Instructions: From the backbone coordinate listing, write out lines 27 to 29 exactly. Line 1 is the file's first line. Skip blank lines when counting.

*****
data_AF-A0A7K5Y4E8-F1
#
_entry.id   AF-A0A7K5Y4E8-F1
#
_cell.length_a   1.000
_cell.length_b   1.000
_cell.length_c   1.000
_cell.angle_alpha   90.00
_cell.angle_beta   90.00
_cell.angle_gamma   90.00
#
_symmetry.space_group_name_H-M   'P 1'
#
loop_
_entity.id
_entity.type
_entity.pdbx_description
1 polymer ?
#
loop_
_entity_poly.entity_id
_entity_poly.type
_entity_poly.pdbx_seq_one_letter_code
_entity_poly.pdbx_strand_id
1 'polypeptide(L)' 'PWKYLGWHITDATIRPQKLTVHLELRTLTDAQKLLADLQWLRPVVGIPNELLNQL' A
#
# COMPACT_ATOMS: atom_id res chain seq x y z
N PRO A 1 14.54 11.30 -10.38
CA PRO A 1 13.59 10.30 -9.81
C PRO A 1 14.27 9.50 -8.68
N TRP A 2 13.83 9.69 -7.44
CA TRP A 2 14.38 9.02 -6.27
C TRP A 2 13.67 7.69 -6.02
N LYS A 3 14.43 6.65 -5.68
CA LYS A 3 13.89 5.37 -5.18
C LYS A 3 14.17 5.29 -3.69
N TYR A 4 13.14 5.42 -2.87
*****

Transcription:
# COMPACT_ATOMS: atom_id res chain seq x y z
N PRO A 1 14.54 11.30 -10.38
CA PRO A 1 13.59 10.30 -9.81